Ryuho Okawa’s The Laws of Happiness represents the “Four Principles of Happiness” which Okawa suggests that all people regardless of their religious or spiritual background should practice in order to pursue true happiness which continues from this world to the next. It is a work in which, as the title suggests, the nature of human happiness is explored at length in a practical and spiritual manner.
Okawa states outright at the beginning of the book that happiness is a decision rather than a quality dependent upon environmental factors. No objective or fixed circumstances can guarantee happiness, and instead happiness is a feeling that is innately generated. Part of the process of learning to be happy exists in accordance with learning from one’s experiences and embracing the reality that each person is given their own “workbook” of problems to which they alone have the answers.
The balance of maintaining happiness along the path of progress in life is explored at length in this work. Okawa states that the seed of unhappiness exists in moments of happiness; in other words, where there are good and successful times, challenging times will inevitably follow as life proceeds onwards. To become aware of this fact during the happy moments is a key to self-improvement whereby one’s weaknesses can be recognized and strengthened in preparation for the future as a means to preventing future unhappiness; all of this requires that one be willing to shed their old self as life progresses. Shortcomings are a positive indication that there is still room for growth all throughout the lifespan.
There are inevitable changes that will occur for all people throughout their life, and adaptations must be made. For example, while younger people benefit from having high energy, they also may suffer from a lack of knowledge and wisdom; as a person ages, they will have less energy but more knowledge, and it is such that changes need not be a source of unhappiness provided one can embrace the opposite strengths that come with ageing. Another example is that a person who is very spiritual benefits from developing practical and worldly insights: whatever the greatest strength a person possesses, they can benefit from developing that which is the opposite of it, and such can be a source of happiness.
Okawa provides a teaching that throughout life each person will gradually see the world through two different eyes: the differentiating eye and the eye of equality. The differentiating eye learns to distinguish the differences between all people and other living things, while the eye of equality learns to see the beauty in that which is common to all things. The former of these allows for the recognition of the individual purposes and roles of all things in the world, while the latter of these allows for the development of compassion and empathy; the continuous development and refinement of these two forms of vision, which Okawa states are the manner in which God views the world, are a key to the path of enlightenment.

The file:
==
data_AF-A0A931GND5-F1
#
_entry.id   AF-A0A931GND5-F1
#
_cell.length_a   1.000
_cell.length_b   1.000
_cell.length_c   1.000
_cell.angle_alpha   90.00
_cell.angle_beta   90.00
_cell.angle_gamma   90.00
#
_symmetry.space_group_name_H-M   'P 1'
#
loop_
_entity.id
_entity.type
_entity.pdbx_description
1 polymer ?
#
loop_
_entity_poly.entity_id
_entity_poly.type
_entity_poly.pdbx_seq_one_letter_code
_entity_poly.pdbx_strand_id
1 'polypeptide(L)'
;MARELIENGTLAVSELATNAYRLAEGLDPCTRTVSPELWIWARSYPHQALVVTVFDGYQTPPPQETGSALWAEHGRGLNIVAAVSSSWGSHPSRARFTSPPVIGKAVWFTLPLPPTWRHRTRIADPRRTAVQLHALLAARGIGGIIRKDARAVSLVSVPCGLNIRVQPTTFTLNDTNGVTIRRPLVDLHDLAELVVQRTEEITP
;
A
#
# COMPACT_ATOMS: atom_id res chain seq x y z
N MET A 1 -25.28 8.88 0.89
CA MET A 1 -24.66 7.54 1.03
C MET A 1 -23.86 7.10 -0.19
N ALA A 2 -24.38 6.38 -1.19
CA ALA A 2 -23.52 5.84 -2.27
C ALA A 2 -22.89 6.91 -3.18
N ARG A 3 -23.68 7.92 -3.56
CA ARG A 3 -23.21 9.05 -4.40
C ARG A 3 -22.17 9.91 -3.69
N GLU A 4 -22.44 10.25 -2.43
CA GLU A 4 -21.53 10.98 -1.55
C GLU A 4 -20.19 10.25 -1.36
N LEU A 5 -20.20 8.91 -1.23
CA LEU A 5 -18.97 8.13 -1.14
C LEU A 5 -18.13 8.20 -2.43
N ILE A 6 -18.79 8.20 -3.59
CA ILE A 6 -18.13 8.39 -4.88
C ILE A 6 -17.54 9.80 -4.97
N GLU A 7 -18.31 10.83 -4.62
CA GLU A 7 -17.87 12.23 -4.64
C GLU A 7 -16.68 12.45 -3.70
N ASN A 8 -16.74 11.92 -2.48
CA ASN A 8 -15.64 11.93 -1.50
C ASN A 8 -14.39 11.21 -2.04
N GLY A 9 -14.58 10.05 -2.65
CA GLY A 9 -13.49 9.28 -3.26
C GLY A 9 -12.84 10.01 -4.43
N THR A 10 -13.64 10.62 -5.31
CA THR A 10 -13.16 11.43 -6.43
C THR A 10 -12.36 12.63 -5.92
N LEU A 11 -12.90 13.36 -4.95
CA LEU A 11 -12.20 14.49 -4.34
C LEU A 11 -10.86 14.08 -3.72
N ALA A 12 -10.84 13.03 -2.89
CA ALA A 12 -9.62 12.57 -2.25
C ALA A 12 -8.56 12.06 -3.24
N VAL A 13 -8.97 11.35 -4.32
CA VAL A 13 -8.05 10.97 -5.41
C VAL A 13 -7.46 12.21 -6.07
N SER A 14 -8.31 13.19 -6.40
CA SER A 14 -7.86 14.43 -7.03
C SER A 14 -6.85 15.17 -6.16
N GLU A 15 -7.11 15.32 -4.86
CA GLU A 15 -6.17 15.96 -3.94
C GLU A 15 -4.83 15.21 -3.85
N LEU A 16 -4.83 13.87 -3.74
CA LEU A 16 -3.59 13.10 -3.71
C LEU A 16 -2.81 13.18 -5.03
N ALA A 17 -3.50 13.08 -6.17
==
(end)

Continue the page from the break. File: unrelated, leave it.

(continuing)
There is an extensive discussion in the book concerning finding happiness in work, which is something that many people struggle with. While it is ideal that one works in the area that one is most passionate about, such is not always possible, and when it is not, a change of attitude can bring about happiness even in less than ideal work situations. It is possible, given the limitless potential of humans, to always be working towards improvement in the area of one’s work. Such is accomplished by a combination of factors, and Okawa provides the practical advice of reading to obtain new information, writing one’s thoughts to sort them out, listening to other people in order to learn their thoughts, and thinking in such a manner that one’s thoughts become increasingly developed. Okawa likewise provides several excellent methods for generating and developing new ideas into realities, and emphasizes that ideas which endeavor to contribute toward the collective tend to manifest greater success.
Four Principles of Happiness - "The Fourfold Path"
Okawa presents “The Four Principles of Human Happiness,” which are the practice of overcoming suffering through love, wisdom, self-reflection and progress; these may be understood as a contemporary version of Buddhist teachings on enlightenment that are suitable for all modern people. These are explored at depth and with considerable insight that touches upon a combination of spiritual, psychological and environmental factors that impact all people in some way. Some key points include all people want to be loved, no person is 100% perfect, self-reflection is the easiest method to combat negative spiritual influences, and that because one’s thoughts become one’s reality, it is beneficial to concentrate upon positive thoughts in order to manifest a happy life. Ultimately, it is stated that humans benefit the most from seeking the kind of happiness that leads to the happiness of others.
An extensive introduction to Happy Science is provided toward the end of The Laws of Happiness and provides an overview of the history and progress of this new religion. It may be stated that The Laws of Happiness as a whole is an introduction to the type of limitless, positive and happy thinking that is characteristic of Happy Science. Many of the teachings provided in this work are akin to a modern approach to Buddhist, Christian and other spiritual teachings, and are accessible to all people in the world regardless of their religious background. In a world where all humans desire to be happy and most people struggle to achieve or maintain a state of happiness, The Laws of Happiness provides the answers that many are looking for.